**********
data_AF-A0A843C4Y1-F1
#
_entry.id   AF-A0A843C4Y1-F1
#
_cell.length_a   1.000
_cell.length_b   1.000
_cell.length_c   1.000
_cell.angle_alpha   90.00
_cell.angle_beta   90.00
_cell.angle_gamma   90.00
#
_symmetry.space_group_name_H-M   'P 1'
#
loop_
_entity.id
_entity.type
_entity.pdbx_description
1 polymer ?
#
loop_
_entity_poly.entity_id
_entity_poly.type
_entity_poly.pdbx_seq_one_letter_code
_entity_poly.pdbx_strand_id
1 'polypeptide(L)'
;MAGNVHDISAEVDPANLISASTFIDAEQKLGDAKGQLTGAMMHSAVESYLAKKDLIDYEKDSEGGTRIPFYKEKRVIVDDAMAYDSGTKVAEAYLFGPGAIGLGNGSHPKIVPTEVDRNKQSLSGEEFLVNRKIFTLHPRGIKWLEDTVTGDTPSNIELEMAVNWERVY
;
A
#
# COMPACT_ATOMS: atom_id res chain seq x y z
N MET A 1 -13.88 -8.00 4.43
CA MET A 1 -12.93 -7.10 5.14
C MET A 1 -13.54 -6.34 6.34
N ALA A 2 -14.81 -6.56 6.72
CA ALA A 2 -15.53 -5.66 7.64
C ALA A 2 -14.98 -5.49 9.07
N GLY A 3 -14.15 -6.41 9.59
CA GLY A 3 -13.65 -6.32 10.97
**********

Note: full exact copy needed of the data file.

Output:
data_AF-A0A843C4Y1-F1
#
_entry.id   AF-A0A843C4Y1-F1
#
_cell.length_a   1.000
_cell.length_b   1.000
_cell.length_c   1.000
_cell.angle_alpha   90.00
_cell.angle_beta   90.00
_cell.angle_gamma   90.00
#
_symmetry.space_group_name_H-M   'P 1'
#
loop_
_entity.id
_entity.type
_entity.pdbx_description
1 polymer ?
#
loop_
_entity_poly.entity_id
_entity_poly.type
_entity_poly.pdbx_seq_one_letter_code
_entity_poly.pdbx_strand_id
1 'polypeptide(L)'
;MAGNVHDISAEVDPANLISASTFIDAEQKLGDAKGQLTGAMMHSAVESYLAKKDLIDYEKDSEGGTRIPFYKEKRVIVDDAMAYDSGTKVAEAYLFGPGAIGLGNGSHPKIVPTEVDRNKQSLSGEEFLVNRKIFTLHPRGIKWLEDTVTGDTPSNIELEMAVNWERVY
;
A
#
# COMPACT_ATOMS: atom_id res chain seq x y z
N MET A 1 -13.88 -8.00 4.43
CA MET A 1 -12.93 -7.10 5.14
C MET A 1 -13.54 -6.34 6.34
N ALA A 2 -14.81 -6.56 6.72
CA ALA A 2 -15.53 -5.66 7.64
C ALA A 2 -14.98 -5.49 9.07
N GLY A 3 -14.15 -6.41 9.59
CA GLY A 3 -13.65 -6.32 10.97